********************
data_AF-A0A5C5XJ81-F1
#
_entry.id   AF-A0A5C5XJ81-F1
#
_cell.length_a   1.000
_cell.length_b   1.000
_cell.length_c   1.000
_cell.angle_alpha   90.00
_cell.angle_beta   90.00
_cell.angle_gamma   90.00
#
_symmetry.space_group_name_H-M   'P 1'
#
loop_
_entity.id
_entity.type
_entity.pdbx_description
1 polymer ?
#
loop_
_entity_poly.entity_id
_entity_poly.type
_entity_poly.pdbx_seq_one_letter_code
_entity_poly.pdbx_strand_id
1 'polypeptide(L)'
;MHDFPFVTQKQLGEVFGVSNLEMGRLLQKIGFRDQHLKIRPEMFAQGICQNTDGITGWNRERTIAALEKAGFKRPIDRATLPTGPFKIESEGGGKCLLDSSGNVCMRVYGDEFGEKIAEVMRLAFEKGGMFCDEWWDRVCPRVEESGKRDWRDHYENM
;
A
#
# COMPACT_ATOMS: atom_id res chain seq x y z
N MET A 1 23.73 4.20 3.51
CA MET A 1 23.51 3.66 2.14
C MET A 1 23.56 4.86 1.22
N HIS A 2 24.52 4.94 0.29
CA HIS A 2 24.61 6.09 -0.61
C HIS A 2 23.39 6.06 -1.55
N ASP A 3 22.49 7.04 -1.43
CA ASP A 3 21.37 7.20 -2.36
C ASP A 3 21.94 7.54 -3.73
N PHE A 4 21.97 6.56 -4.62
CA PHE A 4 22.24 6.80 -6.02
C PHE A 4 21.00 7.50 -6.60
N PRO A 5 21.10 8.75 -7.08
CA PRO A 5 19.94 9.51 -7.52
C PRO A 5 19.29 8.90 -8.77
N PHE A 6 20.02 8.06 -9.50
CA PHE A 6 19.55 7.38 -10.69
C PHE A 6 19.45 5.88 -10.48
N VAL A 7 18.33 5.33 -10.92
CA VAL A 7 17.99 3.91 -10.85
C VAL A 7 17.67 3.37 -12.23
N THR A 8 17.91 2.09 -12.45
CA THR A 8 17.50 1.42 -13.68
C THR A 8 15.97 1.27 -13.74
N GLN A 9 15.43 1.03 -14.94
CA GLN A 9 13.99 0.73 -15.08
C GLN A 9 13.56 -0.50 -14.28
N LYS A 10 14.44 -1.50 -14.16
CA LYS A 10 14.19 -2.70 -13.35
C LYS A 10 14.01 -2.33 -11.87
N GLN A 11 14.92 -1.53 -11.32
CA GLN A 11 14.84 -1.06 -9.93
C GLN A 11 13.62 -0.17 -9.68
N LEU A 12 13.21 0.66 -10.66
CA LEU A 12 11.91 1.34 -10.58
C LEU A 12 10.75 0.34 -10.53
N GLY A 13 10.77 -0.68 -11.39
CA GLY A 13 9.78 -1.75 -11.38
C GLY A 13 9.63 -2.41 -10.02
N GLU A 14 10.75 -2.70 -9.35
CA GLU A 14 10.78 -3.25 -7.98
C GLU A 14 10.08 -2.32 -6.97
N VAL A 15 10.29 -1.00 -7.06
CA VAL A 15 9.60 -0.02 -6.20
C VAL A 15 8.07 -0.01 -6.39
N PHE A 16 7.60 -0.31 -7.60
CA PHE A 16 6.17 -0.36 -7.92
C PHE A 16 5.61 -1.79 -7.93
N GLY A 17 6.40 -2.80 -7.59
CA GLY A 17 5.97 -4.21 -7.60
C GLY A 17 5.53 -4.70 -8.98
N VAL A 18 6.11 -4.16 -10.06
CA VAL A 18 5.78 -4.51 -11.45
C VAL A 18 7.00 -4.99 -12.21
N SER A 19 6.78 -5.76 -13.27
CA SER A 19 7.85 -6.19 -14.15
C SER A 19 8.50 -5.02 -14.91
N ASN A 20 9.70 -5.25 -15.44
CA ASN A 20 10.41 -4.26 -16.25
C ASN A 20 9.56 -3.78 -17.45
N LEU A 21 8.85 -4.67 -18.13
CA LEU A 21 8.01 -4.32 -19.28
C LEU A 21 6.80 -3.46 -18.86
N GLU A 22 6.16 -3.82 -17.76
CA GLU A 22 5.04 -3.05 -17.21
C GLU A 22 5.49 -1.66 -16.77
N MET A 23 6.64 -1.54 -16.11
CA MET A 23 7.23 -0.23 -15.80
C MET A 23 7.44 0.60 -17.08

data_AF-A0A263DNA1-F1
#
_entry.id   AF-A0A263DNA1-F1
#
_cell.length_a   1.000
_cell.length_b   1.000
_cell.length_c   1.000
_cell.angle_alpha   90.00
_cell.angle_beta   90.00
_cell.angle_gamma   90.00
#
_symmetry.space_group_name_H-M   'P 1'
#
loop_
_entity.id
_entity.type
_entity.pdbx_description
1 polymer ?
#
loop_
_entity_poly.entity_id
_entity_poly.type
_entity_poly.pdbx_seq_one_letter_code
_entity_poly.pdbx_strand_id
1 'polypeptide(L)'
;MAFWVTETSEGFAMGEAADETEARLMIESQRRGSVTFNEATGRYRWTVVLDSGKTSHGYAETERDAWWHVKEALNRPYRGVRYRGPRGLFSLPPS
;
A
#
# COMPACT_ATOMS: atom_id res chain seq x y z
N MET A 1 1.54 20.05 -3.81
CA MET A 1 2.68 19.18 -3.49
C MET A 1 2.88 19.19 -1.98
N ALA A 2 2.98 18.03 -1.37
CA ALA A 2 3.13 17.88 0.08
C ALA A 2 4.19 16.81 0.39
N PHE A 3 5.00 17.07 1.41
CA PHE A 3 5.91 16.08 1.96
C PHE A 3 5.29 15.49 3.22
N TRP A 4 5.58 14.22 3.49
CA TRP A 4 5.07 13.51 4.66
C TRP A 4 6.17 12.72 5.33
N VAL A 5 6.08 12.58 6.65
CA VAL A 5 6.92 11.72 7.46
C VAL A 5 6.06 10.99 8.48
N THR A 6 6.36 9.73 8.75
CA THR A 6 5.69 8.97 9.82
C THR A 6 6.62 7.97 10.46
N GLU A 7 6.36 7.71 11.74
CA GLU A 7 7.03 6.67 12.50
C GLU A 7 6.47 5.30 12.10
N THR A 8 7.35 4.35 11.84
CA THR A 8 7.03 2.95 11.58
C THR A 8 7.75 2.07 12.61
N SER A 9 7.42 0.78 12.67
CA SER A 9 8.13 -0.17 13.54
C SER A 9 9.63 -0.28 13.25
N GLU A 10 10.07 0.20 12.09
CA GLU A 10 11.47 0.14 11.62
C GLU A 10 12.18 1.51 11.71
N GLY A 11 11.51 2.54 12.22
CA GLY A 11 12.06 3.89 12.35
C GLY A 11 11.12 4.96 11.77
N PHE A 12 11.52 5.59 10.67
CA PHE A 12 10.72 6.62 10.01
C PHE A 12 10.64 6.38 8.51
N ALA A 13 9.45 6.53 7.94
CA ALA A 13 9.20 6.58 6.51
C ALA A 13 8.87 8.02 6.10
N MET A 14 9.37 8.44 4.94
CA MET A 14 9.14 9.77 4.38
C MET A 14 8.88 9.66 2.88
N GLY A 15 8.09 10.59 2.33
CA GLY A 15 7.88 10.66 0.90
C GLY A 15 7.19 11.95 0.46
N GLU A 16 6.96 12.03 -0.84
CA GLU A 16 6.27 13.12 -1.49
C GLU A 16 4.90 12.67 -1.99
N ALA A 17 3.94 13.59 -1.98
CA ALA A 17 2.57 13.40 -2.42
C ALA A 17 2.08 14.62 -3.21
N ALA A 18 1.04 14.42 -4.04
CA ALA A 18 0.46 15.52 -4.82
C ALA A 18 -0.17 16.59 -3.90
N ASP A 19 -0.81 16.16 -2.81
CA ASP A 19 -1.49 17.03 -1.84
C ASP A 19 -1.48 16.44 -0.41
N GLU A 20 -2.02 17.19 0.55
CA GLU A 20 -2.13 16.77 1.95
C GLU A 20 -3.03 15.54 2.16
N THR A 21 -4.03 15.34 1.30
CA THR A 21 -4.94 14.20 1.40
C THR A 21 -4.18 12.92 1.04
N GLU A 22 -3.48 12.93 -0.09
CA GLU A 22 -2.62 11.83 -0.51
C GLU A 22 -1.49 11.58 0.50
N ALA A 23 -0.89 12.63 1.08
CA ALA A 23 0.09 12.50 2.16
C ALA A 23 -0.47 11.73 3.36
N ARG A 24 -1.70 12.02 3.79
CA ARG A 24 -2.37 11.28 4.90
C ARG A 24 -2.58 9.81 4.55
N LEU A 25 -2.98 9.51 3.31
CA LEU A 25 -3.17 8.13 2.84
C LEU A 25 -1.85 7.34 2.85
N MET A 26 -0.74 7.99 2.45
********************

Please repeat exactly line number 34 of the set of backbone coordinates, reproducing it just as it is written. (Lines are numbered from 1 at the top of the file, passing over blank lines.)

N HIS A 2 24.52 4.94 0.29